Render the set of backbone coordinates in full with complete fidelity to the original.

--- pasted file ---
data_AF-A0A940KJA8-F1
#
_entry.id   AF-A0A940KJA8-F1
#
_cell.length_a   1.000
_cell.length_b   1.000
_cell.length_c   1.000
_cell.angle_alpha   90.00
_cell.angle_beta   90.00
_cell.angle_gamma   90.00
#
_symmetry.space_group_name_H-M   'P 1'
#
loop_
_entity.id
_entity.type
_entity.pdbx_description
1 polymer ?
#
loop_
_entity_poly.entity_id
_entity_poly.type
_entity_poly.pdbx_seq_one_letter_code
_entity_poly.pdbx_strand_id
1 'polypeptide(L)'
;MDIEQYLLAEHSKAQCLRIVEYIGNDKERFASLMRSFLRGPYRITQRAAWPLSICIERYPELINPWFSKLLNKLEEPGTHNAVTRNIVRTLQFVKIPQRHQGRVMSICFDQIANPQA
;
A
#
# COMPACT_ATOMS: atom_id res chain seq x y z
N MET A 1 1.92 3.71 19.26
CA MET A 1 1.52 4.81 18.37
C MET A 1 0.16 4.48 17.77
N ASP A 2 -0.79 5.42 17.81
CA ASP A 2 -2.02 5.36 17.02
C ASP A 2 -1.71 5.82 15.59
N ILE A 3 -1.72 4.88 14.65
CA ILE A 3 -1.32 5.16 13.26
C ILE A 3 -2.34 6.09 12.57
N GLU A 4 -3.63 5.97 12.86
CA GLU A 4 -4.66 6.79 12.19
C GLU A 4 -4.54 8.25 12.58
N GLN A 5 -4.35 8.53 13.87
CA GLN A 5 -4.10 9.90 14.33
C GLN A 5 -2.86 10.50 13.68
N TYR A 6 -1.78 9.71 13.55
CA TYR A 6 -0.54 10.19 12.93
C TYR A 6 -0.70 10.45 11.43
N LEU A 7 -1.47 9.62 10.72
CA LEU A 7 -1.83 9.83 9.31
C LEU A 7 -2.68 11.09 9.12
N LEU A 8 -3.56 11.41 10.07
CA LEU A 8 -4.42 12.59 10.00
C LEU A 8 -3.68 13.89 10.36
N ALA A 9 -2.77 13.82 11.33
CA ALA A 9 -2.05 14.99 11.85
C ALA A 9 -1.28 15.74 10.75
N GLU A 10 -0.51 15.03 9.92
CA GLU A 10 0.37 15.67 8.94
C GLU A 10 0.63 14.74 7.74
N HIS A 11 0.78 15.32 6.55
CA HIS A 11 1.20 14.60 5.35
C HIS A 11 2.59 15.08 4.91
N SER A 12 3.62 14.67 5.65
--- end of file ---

data_AF-A0A940KJA8-F1
#
_entry.id   AF-A0A940KJA8-F1
#
_cell.length_a   1.000
_cell.length_b   1.000
_cell.length_c   1.000
_cell.angle_alpha   90.00
_cell.angle_beta   90.00
_cell.angle_gamma   90.00
#
_symmetry.space_group_name_H-M   'P 1'
#
loop_
_entity.id
_entity.type
_entity.pdbx_description
1 polymer ?
#
loop_
_entity_poly.entity_id
_entity_poly.type
_entity_poly.pdbx_seq_one_letter_code
_entity_poly.pdbx_strand_id
1 'polypeptide(L)'
;MDIEQYLLAEHSKAQCLRIVEYIGNDKERFASLMRSFLRGPYRITQRAAWPLSICIERYPELINPWFSKLLNKLEEPGTHNAVTRNIVRTLQFVKIPQRHQGRVMSICFDQIANPQA
;
A
#
# COMPACT_ATOMS: atom_id res chain seq x y z
N MET A 1 1.92 3.71 19.26
CA MET A 1 1.52 4.81 18.37
C MET A 1 0.16 4.48 17.77
N ASP A 2 -0.79 5.42 17.81
CA ASP A 2 -2.02 5.36 17.02
C ASP A 2 -1.71 5.82 15.59
N ILE A 3 -1.72 4.88 14.65
CA ILE A 3 -1.32 5.16 13.26
C ILE A 3 -2.34 6.09 12.57
N GLU A 4 -3.63 5.97 12.86
CA GLU A 4 -4.66 6.79 12.19
C GLU A 4 -4.54 8.25 12.58
N GLN A 5 -4.35 8.53 13.87
CA GLN A 5 -4.10 9.90 14.33
C GLN A 5 -2.86 10.50 13.68
N TYR A 6 -1.78 9.71 13.55
CA TYR A 6 -0.54 10.19 12.93
C TYR A 6 -0.70 10.45 11.43
N LEU A 7 -1.47 9.62 10.72
CA LEU A 7 -1.83 9.83 9.31
C LEU A 7 -2.68 11.09 9.12
N LEU A 8 -3.56 11.41 10.07
CA LEU A 8 -4.42 12.59 10.00
C LEU A 8 -3.68 13.89 10.36
N ALA A 9 -2.77 13.82 11.33
CA ALA A 9 -2.05 14.99 11.85
C ALA A 9 -1.28 15.74 10.75
N GLU A 10 -0.51 15.03 9.92
CA GLU A 10 0.37 15.67 8.94
C GLU A 10 0.63 14.74 7.74
N HIS A 11 0.78 15.32 6.55
CA HIS A 11 1.20 14.60 5.35
C HIS A 11 2.59 15.08 4.91
N SER A 12 3.62 14.67 5.65